I adopted her.

Carmella went on to live the life of a U of M student with me in Dinkytown, where she learned to trust most strangers just by the ongoing exposure to people. We fostered younger dogs throughout those years, which taught her to accept that other dogs do live on this planet. Most importantly, Carmella became the most stable constant in my life.

While my family fell apart, I still had my Carmella. Every time I thought things couldn’t get worse, they did. My old support systems and everything I relied on for 20+ years were gone; it was exhausting just trying to hold it together. I found myself unable to speak to even my closest friends about what was happening, and I wouldn’t be surprised if Smirnoff stayed in business those years purely based off my loyalty. So as cliché as it sounds, Carmella was the most stable living being in my life. She needed me, and having her with me gave me something to be happy about and a reason to keep putting one foot in front of the other.  

These days, I go to Veterinary school in California, where Carmella and I now live. She has a 3-legged Labrador brother whom she adores. The five years we just endured will hopefully be the worst I ever go through, but somehow both Carmella and I came out on the other side joyful with our heads on straight.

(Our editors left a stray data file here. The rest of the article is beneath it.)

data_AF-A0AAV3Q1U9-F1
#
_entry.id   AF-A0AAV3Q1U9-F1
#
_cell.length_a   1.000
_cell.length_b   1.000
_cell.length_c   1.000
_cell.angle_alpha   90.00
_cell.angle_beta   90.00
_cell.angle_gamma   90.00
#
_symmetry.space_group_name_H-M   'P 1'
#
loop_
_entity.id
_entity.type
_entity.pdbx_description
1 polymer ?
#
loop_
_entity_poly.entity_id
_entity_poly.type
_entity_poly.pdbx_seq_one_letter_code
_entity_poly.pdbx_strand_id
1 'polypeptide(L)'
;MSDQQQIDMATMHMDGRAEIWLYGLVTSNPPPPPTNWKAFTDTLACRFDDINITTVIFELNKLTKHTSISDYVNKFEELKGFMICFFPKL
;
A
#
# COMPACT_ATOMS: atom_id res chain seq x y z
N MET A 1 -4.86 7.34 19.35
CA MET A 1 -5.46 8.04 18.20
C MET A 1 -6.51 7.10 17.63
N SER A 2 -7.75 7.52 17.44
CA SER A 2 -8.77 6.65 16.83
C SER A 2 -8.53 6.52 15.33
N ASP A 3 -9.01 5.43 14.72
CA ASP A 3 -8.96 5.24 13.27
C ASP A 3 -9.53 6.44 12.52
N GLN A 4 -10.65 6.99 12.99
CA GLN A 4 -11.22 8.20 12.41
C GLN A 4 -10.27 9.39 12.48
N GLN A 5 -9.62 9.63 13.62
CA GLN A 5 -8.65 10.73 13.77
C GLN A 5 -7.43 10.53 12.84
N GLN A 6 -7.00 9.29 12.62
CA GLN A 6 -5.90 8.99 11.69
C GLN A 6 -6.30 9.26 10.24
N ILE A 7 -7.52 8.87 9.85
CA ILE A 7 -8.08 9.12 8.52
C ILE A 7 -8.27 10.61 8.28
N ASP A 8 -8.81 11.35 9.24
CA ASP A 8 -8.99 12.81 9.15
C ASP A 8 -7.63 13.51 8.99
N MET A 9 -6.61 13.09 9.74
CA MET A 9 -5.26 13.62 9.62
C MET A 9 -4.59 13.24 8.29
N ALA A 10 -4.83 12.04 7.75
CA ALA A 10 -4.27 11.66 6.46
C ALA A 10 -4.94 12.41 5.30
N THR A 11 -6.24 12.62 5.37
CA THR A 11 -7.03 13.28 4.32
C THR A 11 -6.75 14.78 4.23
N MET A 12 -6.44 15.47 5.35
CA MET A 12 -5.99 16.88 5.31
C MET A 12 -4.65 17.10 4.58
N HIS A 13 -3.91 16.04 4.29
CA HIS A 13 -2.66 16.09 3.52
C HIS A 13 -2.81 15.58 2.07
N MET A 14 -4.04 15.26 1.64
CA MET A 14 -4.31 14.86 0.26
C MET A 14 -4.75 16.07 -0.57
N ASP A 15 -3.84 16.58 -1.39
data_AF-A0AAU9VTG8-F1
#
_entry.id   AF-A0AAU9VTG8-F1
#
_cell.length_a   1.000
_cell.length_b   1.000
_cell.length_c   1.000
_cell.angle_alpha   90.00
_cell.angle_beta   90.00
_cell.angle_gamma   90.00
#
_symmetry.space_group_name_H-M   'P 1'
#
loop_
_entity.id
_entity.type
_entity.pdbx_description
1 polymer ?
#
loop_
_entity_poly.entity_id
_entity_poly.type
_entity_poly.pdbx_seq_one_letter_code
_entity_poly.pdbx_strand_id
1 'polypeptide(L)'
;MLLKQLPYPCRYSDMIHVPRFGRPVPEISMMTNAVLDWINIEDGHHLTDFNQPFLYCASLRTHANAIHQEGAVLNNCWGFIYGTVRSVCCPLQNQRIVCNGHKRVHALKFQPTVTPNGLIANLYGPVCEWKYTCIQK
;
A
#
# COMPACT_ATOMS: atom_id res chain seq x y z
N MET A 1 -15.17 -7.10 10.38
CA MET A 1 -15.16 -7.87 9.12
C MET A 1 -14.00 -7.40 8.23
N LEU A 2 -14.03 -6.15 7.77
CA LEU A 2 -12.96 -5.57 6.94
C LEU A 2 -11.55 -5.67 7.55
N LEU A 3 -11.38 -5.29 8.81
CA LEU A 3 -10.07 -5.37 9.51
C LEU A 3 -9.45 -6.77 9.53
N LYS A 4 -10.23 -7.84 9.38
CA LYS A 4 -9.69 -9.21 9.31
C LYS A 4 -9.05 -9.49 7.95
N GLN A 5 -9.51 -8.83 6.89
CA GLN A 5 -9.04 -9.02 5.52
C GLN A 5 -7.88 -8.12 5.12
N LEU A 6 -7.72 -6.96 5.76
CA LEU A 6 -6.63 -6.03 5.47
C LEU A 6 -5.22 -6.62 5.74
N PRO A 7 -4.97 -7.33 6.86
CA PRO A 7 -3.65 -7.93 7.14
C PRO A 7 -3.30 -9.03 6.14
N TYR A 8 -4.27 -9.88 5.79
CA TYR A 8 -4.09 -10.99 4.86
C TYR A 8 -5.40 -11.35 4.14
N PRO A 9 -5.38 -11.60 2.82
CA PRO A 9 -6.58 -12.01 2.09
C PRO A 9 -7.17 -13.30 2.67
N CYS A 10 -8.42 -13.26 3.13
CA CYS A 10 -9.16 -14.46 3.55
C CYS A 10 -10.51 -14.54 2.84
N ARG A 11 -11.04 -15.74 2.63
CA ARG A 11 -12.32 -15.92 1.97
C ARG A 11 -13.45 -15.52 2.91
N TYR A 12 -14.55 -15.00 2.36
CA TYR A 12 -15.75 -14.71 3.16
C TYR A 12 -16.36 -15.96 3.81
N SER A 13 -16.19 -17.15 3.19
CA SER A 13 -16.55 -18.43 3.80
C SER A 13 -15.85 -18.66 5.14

I’ve learned a lot about the importance and strength of the human-animal bond through Carmella. She will probably not be around for too many more years, as she is now 11 and not as healthy as she once was. Fortunately, she will always live on in how I treat my clients and their pets.  No matter how devilish an animal may be at the vet or how unique the relationship between the owner and pet may seem, I hope I always remember Carmella and how important our bond was. I hope throughout my career I always remember to not judge a situation by what is in front of me, because there is a story behind the relationship that I may not know. I will always offer people the best I can give no matter what, because their pet may be their closest friend and all they have.   

If you told me five years ago how much my life would change and that the dog mounting me and burying pizza in my closet would be the strongest rock to lean on during the tough times, I would’ve sincerely thought you were insane. Carmella and I are an unlikely pair, but we found comfort in each other. I’m not a big believer in fate, but I do think on some level something bigger brought Carmella into my life. She helped me persevere and find the strength to take care of myself and look forward to a brighter future during the dark days.

Thank you ARLP, specifically Laura, for forcing Carmella upon me. My dog’s love has shown me that it’s okay to fail at fostering. Sometimes you should.

Nicole Wyatt and her rescue dog Carmella live in California, where Nicole will be graduating from Veterinary school in 2014.